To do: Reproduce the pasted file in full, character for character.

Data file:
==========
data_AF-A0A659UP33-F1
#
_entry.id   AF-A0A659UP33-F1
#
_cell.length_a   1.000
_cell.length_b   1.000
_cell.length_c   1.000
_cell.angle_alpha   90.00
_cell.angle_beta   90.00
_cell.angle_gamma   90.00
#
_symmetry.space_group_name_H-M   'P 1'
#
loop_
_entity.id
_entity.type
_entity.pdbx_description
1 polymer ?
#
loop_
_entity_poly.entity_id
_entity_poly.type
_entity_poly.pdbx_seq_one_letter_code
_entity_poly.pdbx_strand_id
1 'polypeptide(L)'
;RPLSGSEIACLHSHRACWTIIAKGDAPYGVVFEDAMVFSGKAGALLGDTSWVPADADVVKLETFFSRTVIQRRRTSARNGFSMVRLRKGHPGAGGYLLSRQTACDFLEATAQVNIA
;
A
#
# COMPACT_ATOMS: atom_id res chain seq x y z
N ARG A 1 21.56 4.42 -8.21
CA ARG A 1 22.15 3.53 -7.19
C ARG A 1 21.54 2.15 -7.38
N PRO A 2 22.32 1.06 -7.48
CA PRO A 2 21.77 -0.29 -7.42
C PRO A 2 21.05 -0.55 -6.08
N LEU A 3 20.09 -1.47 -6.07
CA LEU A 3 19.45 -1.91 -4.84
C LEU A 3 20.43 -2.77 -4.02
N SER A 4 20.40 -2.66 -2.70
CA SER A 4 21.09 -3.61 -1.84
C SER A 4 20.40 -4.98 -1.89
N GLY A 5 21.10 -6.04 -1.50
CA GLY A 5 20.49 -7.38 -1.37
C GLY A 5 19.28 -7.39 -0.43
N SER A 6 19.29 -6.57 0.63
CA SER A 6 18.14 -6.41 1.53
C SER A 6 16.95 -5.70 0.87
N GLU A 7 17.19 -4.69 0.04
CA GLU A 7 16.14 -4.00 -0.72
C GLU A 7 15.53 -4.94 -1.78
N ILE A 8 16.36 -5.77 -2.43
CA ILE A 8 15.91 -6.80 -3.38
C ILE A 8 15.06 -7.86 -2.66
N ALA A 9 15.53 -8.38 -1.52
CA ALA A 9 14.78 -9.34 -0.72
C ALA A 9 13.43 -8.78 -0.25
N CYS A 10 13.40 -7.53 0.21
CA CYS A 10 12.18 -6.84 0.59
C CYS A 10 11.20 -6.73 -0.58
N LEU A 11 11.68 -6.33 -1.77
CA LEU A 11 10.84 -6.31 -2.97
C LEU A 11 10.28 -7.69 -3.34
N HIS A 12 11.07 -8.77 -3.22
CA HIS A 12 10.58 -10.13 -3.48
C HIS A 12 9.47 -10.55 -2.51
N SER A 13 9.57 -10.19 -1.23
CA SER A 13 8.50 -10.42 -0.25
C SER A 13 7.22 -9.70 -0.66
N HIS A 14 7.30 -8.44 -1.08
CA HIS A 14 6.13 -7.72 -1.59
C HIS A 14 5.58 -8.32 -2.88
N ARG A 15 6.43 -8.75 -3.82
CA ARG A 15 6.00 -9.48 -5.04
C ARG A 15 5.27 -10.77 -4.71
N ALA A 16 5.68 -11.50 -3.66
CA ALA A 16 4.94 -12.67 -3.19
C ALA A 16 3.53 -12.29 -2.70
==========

data_AF-A0A659UP33-F1
#
_entry.id   AF-A0A659UP33-F1
#
_cell.length_a   1.000
_cell.length_b   1.000
_cell.length_c   1.000
_cell.angle_alpha   90.00
_cell.angle_beta   90.00
_cell.angle_gamma   90.00
#
_symmetry.space_group_name_H-M   'P 1'
#
loop_
_entity.id
_entity.type
_entity.pdbx_description
1 polymer ?
#
loop_
_entity_poly.entity_id
_entity_poly.type
_entity_poly.pdbx_seq_one_letter_code
_entity_poly.pdbx_strand_id
1 'polypeptide(L)'
;RPLSGSEIACLHSHRACWTIIAKGDAPYGVVFEDAMVFSGKAGALLGDTSWVPADADVVKLETFFSRTVIQRRRTSARNGFSMVRLRKGHPGAGGYLLSRQTACDFLEATAQVNIA
;
A
#
# COMPACT_ATOMS: atom_id res chain seq x y z
N ARG A 1 21.56 4.42 -8.21
CA ARG A 1 22.15 3.53 -7.19
C ARG A 1 21.54 2.15 -7.38
N PRO A 2 22.32 1.06 -7.48
CA PRO A 2 21.77 -0.29 -7.42
C PRO A 2 21.05 -0.55 -6.08
N LEU A 3 20.09 -1.47 -6.07
CA LEU A 3 19.45 -1.91 -4.84
C LEU A 3 20.43 -2.77 -4.02
N SER A 4 20.40 -2.66 -2.70
CA SER A 4 21.09 -3.61 -1.84
C SER A 4 20.40 -4.98 -1.89
N GLY A 5 21.10 -6.04 -1.50
CA GLY A 5 20.49 -7.38 -1.37
C GLY A 5 19.28 -7.39 -0.43
N SER A 6 19.29 -6.57 0.63
CA SER A 6 18.14 -6.41 1.53
C SER A 6 16.95 -5.70 0.87
N GLU A 7 17.19 -4.69 0.04
CA GLU A 7 16.14 -4.00 -0.72
C GLU A 7 15.53 -4.94 -1.78
N ILE A 8 16.36 -5.77 -2.43
CA ILE A 8 15.91 -6.80 -3.38
C ILE A 8 15.06 -7.86 -2.66
N ALA A 9 15.53 -8.38 -1.52
CA ALA A 9 14.78 -9.34 -0.72
C ALA A 9 13.43 -8.78 -0.25
N CYS A 10 13.40 -7.53 0.21
CA CYS A 10 12.18 -6.84 0.59
C CYS A 10 11.20 -6.73 -0.58
N LEU A 11 11.68 -6.33 -1.77
CA LEU A 11 10.84 -6.31 -2.97
C LEU A 11 10.28 -7.69 -3.34
N HIS A 12 11.07 -8.77 -3.22
CA HIS A 12 10.58 -10.13 -3.48
C HIS A 12 9.47 -10.55 -2.51
N SER A 13 9.57 -10.19 -1.23
CA SER A 13 8.50 -10.42 -0.25
C SER A 13 7.22 -9.70 -0.66
N HIS A 14 7.30 -8.44 -1.08
CA HIS A 14 6.13 -7.72 -1.59
C HIS A 14 5.58 -8.32 -2.88
N ARG A 15 6.43 -8.75 -3.82
CA ARG A 15 6.00 -9.48 -5.04
C ARG A 15 5.27 -10.77 -4.71
N ALA A 16 5.68 -11.50 -3.66
CA ALA A 16 4.94 -12.67 -3.19
C ALA A 16 3.53 -12.29 -2.70